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A standard quotient is a pair of standard forms (numr .∕ denr), in LISP represented as (numr . denr). If the denominator is trivial, the standard form 1 is used. The constructor, selector and conversion functions are

numr(q) | select the numerator part |

denr(q) | select the denominator part |

f2q(f) | convert a standard form f to SQ |

simp(a) | convert algebraic form a to SQ |

prepsq(q) | convert SQ to algebraic form |

Arithmetic with standard quotients is performed by the functions

addsq(q1,q2) | q1 + q2 |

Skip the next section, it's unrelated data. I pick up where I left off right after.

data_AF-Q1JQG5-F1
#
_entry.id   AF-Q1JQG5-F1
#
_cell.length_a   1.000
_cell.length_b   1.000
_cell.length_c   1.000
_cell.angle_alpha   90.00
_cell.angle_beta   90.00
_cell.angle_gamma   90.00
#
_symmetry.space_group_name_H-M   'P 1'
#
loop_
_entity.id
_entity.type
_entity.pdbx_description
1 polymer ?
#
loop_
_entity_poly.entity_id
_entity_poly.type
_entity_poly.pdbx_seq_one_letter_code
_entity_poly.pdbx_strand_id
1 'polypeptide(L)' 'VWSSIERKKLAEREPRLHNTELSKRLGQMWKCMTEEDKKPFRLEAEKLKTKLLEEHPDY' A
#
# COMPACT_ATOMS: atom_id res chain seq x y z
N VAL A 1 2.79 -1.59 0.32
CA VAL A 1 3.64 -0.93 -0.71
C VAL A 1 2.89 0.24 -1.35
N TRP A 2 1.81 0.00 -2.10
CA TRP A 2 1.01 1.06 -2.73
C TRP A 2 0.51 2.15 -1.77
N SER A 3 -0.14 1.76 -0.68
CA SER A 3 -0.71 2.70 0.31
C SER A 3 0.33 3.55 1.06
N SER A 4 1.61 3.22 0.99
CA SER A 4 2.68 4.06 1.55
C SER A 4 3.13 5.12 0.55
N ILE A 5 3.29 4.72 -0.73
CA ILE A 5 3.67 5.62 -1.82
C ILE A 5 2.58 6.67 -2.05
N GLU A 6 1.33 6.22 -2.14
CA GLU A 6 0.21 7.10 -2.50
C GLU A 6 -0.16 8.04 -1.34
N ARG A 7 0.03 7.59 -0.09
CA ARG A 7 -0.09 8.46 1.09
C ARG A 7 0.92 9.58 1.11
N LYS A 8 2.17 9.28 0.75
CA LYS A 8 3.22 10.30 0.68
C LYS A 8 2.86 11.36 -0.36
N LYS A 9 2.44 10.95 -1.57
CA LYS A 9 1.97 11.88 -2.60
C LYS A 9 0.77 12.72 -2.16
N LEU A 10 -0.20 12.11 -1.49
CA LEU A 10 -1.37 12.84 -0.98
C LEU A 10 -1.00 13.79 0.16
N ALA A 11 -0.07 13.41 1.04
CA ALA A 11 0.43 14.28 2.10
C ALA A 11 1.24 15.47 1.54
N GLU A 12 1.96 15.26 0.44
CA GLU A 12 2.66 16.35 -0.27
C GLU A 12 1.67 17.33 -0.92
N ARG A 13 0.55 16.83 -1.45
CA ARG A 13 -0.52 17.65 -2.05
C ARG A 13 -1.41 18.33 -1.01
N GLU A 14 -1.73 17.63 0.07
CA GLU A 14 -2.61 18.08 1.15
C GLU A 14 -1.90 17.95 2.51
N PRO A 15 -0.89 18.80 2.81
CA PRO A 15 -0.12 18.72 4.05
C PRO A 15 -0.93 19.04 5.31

negsq(q) | -q |

subtrsq(q1,q2) | q1-q2 |

multsq(q1,q2) | q1*q2 |

quotsq(q1,q2) | q1∕q2 |

Note that there is no zero test for standard quotients; instead use the zero test for the numerator null(numr(q)).

When should you use standard quotients and when standard forms? If you are sure that no denominator other than one can occur you should use standard forms, otherwise standard quotients are the only possible choice. You can of course mix arithmetic with both, however that strategy is not recommended unless you keep track carefully; debugging is hard. Arithmetic functions have been coded for maximum efficiency: none of them test the validity of their arguments.

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